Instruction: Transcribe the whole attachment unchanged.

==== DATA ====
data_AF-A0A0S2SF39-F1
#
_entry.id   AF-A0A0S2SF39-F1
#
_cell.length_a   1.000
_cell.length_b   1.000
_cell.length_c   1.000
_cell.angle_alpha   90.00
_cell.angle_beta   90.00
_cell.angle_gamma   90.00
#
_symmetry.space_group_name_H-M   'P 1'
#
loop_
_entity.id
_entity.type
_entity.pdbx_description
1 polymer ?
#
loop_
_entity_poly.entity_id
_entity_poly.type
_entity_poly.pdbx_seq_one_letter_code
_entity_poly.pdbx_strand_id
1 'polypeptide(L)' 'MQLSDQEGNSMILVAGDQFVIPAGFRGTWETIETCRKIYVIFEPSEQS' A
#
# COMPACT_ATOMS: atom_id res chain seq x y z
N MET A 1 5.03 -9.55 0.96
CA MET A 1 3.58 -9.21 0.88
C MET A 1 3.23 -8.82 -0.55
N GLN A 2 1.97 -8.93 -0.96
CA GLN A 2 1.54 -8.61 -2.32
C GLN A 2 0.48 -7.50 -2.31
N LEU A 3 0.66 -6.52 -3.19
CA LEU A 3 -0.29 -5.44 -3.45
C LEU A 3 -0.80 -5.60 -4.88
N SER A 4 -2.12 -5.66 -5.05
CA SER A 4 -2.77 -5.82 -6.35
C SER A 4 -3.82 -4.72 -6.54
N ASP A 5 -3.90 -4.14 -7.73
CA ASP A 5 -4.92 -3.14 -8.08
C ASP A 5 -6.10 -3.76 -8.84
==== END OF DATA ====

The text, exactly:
data_AF-A0A0S2SF39-F1
#
_entry.id   AF-A0A0S2SF39-F1
#
_cell.length_a   1.000
_cell.length_b   1.000
_cell.length_c   1.000
_cell.angle_alpha   90.00
_cell.angle_beta   90.00
_cell.angle_gamma   90.00
#
_symmetry.space_group_name_H-M   'P 1'
#
loop_
_entity.id
_entity.type
_entity.pdbx_description
1 polymer ?
#
loop_
_entity_poly.entity_id
_entity_poly.type
_entity_poly.pdbx_seq_one_letter_code
_entity_poly.pdbx_strand_id
1 'polypeptide(L)' 'MQLSDQEGNSMILVAGDQFVIPAGFRGTWETIETCRKIYVIFEPSEQS' A
#
# COMPACT_ATOMS: atom_id res chain seq x y z
N MET A 1 5.03 -9.55 0.96
CA MET A 1 3.58 -9.21 0.88
C MET A 1 3.23 -8.82 -0.55
N GLN A 2 1.97 -8.93 -0.96
CA GLN A 2 1.54 -8.61 -2.32
C GLN A 2 0.48 -7.50 -2.31
N LEU A 3 0.66 -6.52 -3.19
CA LEU A 3 -0.29 -5.44 -3.45
C LEU A 3 -0.80 -5.60 -4.88
N SER A 4 -2.12 -5.66 -5.05
CA SER A 4 -2.77 -5.82 -6.35
C SER A 4 -3.82 -4.72 -6.54
N ASP A 5 -3.90 -4.14 -7.73
CA ASP A 5 -4.92 -3.14 -8.08
C ASP A 5 -6.10 -3.76 -8.84